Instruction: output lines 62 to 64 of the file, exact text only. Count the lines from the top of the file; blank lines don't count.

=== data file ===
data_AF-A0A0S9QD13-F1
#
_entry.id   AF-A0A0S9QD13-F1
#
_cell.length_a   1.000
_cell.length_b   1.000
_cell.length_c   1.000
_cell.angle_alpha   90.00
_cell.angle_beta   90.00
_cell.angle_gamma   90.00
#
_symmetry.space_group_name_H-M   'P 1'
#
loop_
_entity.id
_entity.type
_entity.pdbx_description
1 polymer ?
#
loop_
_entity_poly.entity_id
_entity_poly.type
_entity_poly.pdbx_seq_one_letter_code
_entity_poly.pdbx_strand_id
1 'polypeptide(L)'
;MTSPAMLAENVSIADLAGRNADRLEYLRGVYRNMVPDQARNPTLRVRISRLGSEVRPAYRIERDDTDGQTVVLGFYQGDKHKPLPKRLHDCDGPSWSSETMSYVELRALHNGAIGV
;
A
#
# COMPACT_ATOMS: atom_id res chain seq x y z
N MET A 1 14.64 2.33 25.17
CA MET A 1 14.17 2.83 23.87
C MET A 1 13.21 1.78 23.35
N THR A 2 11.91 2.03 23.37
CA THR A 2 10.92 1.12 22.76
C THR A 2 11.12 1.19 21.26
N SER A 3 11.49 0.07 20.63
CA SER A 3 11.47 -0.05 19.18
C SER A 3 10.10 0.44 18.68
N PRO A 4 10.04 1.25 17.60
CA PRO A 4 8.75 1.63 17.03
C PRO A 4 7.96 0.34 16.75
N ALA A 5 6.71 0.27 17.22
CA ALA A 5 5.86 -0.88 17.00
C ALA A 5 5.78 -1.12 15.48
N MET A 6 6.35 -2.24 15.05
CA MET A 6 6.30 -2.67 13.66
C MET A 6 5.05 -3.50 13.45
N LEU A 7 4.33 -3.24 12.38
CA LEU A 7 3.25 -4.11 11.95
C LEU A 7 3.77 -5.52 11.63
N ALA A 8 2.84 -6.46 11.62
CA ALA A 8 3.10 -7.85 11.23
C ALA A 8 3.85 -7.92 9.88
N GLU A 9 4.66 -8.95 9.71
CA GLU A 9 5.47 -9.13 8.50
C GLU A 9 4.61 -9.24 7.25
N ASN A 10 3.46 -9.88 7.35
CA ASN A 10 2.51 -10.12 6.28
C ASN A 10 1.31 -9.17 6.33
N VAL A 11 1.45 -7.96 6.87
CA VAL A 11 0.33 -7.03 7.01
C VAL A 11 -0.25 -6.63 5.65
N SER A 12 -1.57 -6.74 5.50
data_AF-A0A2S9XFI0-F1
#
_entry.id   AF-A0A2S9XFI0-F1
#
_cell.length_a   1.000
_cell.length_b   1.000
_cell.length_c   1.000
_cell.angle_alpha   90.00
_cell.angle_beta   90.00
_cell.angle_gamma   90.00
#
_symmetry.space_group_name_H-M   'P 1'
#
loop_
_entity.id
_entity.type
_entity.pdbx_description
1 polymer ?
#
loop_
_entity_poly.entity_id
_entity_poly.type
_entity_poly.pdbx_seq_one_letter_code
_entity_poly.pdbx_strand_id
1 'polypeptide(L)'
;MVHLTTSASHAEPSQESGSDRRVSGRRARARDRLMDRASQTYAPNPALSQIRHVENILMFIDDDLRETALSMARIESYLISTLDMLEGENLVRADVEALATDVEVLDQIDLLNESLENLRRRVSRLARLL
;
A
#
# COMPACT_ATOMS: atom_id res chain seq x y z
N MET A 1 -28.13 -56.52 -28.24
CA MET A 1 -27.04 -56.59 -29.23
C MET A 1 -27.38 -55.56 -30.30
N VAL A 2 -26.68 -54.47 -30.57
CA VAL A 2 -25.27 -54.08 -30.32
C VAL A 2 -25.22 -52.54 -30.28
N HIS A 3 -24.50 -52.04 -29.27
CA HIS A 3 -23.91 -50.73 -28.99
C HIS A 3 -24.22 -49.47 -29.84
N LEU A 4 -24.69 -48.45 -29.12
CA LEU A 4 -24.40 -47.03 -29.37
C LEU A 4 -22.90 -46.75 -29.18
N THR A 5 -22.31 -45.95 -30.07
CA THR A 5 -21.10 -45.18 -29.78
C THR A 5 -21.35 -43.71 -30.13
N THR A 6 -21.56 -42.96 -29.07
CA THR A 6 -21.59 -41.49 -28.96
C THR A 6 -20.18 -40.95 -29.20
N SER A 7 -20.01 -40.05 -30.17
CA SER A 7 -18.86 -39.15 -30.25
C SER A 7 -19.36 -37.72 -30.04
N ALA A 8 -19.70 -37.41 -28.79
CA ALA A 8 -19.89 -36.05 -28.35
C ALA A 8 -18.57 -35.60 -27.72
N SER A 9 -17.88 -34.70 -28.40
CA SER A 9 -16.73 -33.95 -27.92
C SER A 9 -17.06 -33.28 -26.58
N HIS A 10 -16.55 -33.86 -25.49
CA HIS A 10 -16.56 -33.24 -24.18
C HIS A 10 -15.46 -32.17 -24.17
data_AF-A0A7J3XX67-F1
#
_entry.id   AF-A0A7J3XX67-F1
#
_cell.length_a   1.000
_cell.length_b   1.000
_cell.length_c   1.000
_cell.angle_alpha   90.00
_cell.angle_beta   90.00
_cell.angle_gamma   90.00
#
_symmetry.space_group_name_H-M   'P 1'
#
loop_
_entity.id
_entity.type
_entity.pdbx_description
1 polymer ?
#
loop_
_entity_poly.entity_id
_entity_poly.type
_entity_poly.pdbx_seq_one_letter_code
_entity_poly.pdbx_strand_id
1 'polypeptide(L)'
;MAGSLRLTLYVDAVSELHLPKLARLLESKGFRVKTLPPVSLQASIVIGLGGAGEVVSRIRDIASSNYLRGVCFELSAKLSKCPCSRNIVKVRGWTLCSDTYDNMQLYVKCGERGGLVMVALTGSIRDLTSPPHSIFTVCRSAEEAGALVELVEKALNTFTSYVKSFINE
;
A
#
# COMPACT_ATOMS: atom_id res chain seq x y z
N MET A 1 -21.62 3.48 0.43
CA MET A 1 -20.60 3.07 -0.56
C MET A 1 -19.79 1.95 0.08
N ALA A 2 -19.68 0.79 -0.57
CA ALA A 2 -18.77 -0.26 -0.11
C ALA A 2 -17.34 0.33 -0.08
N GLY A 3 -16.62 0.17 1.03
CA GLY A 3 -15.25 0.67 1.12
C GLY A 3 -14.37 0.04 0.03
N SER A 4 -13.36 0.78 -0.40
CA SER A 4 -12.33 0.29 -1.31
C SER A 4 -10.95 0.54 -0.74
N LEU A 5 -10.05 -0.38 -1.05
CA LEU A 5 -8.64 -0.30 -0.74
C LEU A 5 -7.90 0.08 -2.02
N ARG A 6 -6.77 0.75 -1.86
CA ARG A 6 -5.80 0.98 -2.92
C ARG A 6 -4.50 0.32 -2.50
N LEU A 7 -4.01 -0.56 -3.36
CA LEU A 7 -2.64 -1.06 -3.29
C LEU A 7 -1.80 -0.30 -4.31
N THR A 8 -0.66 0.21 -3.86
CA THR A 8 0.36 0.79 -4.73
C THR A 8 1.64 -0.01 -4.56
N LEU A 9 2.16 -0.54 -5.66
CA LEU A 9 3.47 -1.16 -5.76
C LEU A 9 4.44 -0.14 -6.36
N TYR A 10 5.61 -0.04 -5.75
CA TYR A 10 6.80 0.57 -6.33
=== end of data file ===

CA VAL A 11 0.33 -7.03 7.01
C VAL A 11 -0.25 -6.63 5.65
N SER A 12 -1.57 -6.74 5.50